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Wednesday, May 15, 2013

The importance of creating small habitats for north Texas' wild birds




House Finch
Scarlet Tanager
Tiny, private spaces can easily be transformed into “bird magnets”.  It’s necessary since birds don’t really care if you own ten acres or ten square feet. To them, ownership of land is meaningless. Birds might choose to forage in a utility easement, cavort in a park a mile away, get a sip of water from a puddle in a parking lot, nest in your neighbor's yard and eat from a feeder on your balcony. A lot of their routine is up to you.
As people are living closer together, more and more products are being made or adapted for use in small spaces like balconies, patios and “postage stamp” courtyards. This is vital since bird habitat is disappearing at an alarming rate.

Wood Thrush
If you have only a tiny patch of ground, consider a pole-mounted system. This lets you put several types of feeders on just one pole. The pole can be simply be stuck in as little as one square foot of ground.  And don't forget a birdbath! Also, at this time of year, one feeder could certainly feed nectar to the amazing little Hummingbirds. (Then, next fall, you can easily exchange it for a feeder for our “winter-only” Goldfinches.)

Many feeders can be mounted on windows, using heavy-duty suction cups. There is almost no danger of birds flying into a window with this type of feeder.   Reason: the bird is in a slow ”landing pattern” when he’s within two feet of a feeder, so he’s alert to the surroundings. The real danger zone is if a feeder is about 2 to 6 feet from a window. At this distance a bird, circling the feeder (and concentrating on its location) isn’t paying attention to a nearby window. To be extra-cautious, stick some sort of ribbon or decal on the glass.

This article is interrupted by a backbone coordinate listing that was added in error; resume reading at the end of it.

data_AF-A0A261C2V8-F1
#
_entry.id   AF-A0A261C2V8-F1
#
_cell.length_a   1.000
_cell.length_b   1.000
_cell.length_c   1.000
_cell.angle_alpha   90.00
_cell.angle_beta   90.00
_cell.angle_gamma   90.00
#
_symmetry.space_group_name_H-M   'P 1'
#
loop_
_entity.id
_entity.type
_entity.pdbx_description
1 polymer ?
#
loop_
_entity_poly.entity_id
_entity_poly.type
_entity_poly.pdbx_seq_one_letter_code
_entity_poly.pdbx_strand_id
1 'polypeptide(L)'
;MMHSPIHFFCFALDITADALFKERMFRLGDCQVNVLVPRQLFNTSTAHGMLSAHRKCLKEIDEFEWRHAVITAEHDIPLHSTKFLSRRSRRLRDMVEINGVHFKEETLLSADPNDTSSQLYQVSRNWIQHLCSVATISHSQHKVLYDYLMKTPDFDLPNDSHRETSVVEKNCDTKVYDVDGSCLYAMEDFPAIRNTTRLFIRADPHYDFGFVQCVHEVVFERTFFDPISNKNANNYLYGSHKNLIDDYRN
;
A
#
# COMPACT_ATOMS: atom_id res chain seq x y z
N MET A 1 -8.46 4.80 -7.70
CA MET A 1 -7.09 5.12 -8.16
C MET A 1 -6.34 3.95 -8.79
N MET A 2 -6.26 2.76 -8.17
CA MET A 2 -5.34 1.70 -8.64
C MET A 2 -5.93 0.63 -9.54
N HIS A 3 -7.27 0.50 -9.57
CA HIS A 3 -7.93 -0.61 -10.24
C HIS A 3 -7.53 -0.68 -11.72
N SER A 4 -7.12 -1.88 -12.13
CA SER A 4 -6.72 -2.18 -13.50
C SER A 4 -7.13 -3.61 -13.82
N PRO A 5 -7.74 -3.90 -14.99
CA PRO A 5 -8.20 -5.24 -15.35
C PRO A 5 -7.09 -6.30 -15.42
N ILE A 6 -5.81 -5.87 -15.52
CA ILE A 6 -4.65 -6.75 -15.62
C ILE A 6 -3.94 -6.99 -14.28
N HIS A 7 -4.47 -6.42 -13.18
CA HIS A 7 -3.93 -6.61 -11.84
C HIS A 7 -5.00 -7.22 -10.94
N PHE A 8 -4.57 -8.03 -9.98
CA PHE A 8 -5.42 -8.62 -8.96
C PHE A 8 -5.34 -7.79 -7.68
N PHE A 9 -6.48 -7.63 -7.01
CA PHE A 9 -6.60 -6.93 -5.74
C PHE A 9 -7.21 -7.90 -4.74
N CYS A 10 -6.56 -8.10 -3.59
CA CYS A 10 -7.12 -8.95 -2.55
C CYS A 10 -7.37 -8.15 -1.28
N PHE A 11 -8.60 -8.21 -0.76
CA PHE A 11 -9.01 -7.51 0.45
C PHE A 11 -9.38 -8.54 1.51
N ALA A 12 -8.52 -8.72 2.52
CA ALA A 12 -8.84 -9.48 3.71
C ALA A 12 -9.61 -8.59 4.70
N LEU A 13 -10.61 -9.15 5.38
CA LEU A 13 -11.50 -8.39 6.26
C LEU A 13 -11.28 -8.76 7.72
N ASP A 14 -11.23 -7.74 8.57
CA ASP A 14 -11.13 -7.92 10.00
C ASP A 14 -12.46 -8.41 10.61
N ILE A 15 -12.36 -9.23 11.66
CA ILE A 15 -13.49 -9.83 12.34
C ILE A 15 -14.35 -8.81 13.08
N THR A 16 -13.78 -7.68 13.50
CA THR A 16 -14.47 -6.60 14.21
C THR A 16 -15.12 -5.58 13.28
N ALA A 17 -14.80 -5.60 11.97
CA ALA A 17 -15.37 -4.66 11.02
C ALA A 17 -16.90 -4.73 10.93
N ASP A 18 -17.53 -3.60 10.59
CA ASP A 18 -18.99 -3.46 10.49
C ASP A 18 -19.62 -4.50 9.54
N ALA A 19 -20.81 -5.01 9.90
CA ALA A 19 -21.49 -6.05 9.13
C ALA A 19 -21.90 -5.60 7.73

Seed residue can be a problem. To avoid this entirely, use a variety of seed that has had the outside hull removed. Since the birds don’t have to remove the hull from the seed, there’s no hull to fall to the ground. Or to fall on your balcony. The goal, however, is to entice the birds to eat every last seed.

Of course, if a seed is fresh (even if the hull is left on), any that falls to the ground will likely be eaten by ground-feeding birds – like Cardinals. Thrashers and Doves. So, even if the price is a bit more, get the seed that’s freshest from the mill. More of it gets eaten and less of it winds up beneath the feeder. If you can clean up the hulls beneath a feeder, go ahead and buy the less-expensive seed with hulls.

Seed that’s blended especially for our Texas birds is best for small spaces too – more of it gets eaten. Some “cheap” seed blends are loaded with filler that Texas birds don’t eat; like milo and corn. You pay for it, but it just ends up on the ground.
Violet-crowned hummer

 
Of course, nectar feeders (for Hummingbirds) and nut feeders (for almost all birds) make hardly any mess, and are great for small spaces.

Rose-breasted Grosbeak
 Feeding the birds isn’t complete without bird habitat – even if it's just a tiny bit! Several pots of flowers, even a few planted with shrubs, give birds personal places. They need some of these to wait for their turn at the feeder, crack open a seed or just sit and relax. A small space that’s nothing but a grille and lawn chairs isn’t appealing to birds. A tiny patch of vegetative habitat is!

 

2 comments:

  1. I thoroughly enjoy reading your blogs. They help a lot in turning my acre of land into a natural habitat.
    Would you have any natural ideas for controling grasshoppers.I hate to spray insectidide as it will kill off the good insects

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    Replies
    1. Grasshoppers are subject to a water-borne fungus that usually kills them. So if you can lightly water your landscape often, it'll reduce the grasshopper population dramatically and actually help the birds and vegetation.

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